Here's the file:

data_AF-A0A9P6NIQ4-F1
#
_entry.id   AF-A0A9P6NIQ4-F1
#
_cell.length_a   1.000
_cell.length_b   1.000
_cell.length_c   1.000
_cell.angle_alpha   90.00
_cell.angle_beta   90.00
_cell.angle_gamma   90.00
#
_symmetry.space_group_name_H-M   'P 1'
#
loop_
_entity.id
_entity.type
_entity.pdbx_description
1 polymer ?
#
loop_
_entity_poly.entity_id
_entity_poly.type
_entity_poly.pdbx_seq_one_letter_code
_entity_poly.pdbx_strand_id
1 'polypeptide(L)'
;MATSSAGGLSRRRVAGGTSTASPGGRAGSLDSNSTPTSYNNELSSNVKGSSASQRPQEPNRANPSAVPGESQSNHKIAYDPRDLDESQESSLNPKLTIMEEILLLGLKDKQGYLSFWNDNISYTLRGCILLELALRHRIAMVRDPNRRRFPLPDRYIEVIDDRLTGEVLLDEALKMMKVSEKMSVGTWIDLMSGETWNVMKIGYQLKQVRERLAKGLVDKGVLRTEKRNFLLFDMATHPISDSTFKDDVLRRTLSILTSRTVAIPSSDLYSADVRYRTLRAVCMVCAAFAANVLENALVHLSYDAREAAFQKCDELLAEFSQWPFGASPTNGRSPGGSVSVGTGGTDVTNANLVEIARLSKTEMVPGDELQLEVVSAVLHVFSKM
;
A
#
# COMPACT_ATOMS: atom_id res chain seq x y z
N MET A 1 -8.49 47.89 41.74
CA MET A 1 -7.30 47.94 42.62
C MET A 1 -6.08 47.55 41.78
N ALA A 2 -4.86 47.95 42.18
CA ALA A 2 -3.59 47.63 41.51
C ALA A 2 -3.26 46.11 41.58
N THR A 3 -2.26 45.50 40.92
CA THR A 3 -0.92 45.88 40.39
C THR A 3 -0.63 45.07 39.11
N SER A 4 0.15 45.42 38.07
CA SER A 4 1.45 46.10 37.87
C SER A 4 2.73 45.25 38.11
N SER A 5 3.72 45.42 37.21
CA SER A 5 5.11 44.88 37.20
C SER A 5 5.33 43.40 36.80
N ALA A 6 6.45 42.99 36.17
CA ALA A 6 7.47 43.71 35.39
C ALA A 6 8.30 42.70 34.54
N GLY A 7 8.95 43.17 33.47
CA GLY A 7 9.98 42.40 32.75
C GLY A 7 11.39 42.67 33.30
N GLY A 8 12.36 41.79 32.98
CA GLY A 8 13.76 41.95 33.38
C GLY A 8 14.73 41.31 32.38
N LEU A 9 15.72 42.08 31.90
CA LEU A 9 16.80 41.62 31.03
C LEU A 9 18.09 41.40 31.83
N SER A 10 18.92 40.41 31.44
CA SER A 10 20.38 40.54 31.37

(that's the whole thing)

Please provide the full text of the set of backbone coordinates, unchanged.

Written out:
data_AF-A0A9P6NIQ4-F1
#
_entry.id   AF-A0A9P6NIQ4-F1
#
_cell.length_a   1.000
_cell.length_b   1.000
_cell.length_c   1.000
_cell.angle_alpha   90.00
_cell.angle_beta   90.00
_cell.angle_gamma   90.00
#
_symmetry.space_group_name_H-M   'P 1'
#
loop_
_entity.id
_entity.type
_entity.pdbx_description
1 polymer ?
#
loop_
_entity_poly.entity_id
_entity_poly.type
_entity_poly.pdbx_seq_one_letter_code
_entity_poly.pdbx_strand_id
1 'polypeptide(L)'
;MATSSAGGLSRRRVAGGTSTASPGGRAGSLDSNSTPTSYNNELSSNVKGSSASQRPQEPNRANPSAVPGESQSNHKIAYDPRDLDESQESSLNPKLTIMEEILLLGLKDKQGYLSFWNDNISYTLRGCILLELALRHRIAMVRDPNRRRFPLPDRYIEVIDDRLTGEVLLDEALKMMKVSEKMSVGTWIDLMSGETWNVMKIGYQLKQVRERLAKGLVDKGVLRTEKRNFLLFDMATHPISDSTFKDDVLRRTLSILTSRTVAIPSSDLYSADVRYRTLRAVCMVCAAFAANVLENALVHLSYDAREAAFQKCDELLAEFSQWPFGASPTNGRSPGGSVSVGTGGTDVTNANLVEIARLSKTEMVPGDELQLEVVSAVLHVFSKM
;
A
#
# COMPACT_ATOMS: atom_id res chain seq x y z
N MET A 1 -8.49 47.89 41.74
CA MET A 1 -7.30 47.94 42.62
C MET A 1 -6.08 47.55 41.78
N ALA A 2 -4.86 47.95 42.18
CA ALA A 2 -3.59 47.63 41.51
C ALA A 2 -3.26 46.11 41.58
N THR A 3 -2.26 45.50 40.92
CA THR A 3 -0.92 45.88 40.39
C THR A 3 -0.63 45.07 39.11
N SER A 4 0.15 45.42 38.07
CA SER A 4 1.45 46.10 37.87
C SER A 4 2.73 45.25 38.11
N SER A 5 3.72 45.42 37.21
CA SER A 5 5.11 44.88 37.20
C SER A 5 5.33 43.40 36.80
N ALA A 6 6.45 42.99 36.17
CA ALA A 6 7.47 43.71 35.39
C ALA A 6 8.30 42.70 34.54
N GLY A 7 8.95 43.17 33.47
CA GLY A 7 9.98 42.40 32.75
C GLY A 7 11.39 42.67 33.30
N GLY A 8 12.36 41.79 32.98
CA GLY A 8 13.76 41.95 33.38
C GLY A 8 14.73 41.31 32.38
N LEU A 9 15.72 42.08 31.90
CA LEU A 9 16.80 41.62 31.03
C LEU A 9 18.09 41.40 31.83
N SER A 10 18.92 40.41 31.44
CA SER A 10 20.38 40.54 31.37